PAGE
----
Posted by: Staff | 10.10.2007

American mercenary group’s killings spark outrage in Iraq

TOPH TUCKER ’08

On September 16, at least 11 Iraqis were killed, not by terrorists, not by Iraqi security, not by the American military, but by Blackwater USA?a private security company used to protect State Department officials and other diplomats abroad.

The story, according to reports, goes something like this: a Blackwater Private Security Detail was escorting a State Department convoy to a meeting. Somewhere around Nasoor Square in Baghdad, Blackwater may or may not have opened fire on a slow-moving car that failed to get out of the way. An explosive device or mortar may or may not have exploded near the convoy. The vehicles may or may not have been attacked with small-arms fire. As the situation escalated, a Blackwater helicopter may or may not have opened fire from the air.

While Blackwater claims they weren?t attacking civilians, evidence states otherwise. Outrage followed the incident, and Iraqi officials attempted to ban Blackwater from the country, but relented in the face of US pressure. (Since Paul Bremer passed ?Order 17? on June 27, 2004, Blackwater and other American-associated forces have been immune from Iraqi law, but the policy is now under scrutiny.) The Blackwater probe has since expanded to five incidents in which the firm allegedly killed Iraqi civilians.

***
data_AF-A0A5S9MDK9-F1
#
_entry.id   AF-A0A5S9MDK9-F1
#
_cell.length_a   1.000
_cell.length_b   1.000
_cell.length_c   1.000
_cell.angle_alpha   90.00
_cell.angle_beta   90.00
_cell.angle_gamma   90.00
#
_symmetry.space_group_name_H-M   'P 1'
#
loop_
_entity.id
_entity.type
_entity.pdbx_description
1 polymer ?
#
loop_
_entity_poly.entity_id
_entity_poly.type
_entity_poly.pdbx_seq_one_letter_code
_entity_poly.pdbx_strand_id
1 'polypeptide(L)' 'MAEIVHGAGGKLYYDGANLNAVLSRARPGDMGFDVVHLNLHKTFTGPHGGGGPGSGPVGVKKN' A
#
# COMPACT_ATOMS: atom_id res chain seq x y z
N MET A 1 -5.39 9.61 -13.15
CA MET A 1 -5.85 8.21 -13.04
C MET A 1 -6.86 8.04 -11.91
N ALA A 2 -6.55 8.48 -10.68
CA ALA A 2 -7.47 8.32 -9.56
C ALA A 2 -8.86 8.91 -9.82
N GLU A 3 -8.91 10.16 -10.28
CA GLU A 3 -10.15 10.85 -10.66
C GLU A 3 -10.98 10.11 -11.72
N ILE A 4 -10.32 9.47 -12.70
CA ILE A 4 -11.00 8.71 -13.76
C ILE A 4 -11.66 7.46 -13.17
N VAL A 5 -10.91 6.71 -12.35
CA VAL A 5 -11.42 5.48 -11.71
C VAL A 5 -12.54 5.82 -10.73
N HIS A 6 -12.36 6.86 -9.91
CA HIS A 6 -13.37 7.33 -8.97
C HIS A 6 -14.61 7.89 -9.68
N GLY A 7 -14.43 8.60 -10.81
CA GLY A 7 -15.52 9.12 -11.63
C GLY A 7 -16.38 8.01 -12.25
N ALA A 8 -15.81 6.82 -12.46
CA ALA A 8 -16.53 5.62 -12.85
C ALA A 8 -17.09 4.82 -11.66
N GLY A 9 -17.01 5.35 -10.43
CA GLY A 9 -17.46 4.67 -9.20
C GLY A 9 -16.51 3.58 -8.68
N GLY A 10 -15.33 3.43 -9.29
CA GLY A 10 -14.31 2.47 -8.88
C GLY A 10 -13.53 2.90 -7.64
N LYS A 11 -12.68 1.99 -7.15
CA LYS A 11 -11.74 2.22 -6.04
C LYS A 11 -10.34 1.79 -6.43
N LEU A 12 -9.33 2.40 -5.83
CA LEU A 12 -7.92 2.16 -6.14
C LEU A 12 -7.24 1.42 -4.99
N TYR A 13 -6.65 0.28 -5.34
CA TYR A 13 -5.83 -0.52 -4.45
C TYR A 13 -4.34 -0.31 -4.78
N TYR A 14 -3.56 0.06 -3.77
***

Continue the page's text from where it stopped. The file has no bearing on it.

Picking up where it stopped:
Many officials are accusing Blackwater guards of tending to overreact. Iraqis, certainly, have long resented their presence. Just this weekend, the State Department announced new restrictions that will try to curtail this sort of incident. The State Department, though, may not have the resources to fully protect itself without hiring contractors like Blackwater. Nevertheless, the latest word is that use of private security contractors may soon be phased out.

The news from Iraq isn?t all bad, however. The AP reports that American and civilian deaths last month hit their lowest point in over a year, the latest indication that June?s surge may actually be working. This most recent Blackwater incident, though, just makes it clearer than ever that the situation in Iraq is far from reaching any sort of resolution.

Image from:
http://www.newsweek.com/id/42487

Further Reading:

Blackwater probe expands to 5 deadly incidents
Blackwater USA
Death From All Sides
Deaths among U.S. forces, Iraqi civilians drop

Other News from Iraq:

United Kingdom to commence partial Iraq withdrawal
Al-Qaida confirms senior leader was killed in U.S. airstrike
New type of bomb is unexpectedly lethal in Iraq
Key Figures About Iraq

What do you think?
Does Blackwater belong in Iraq?

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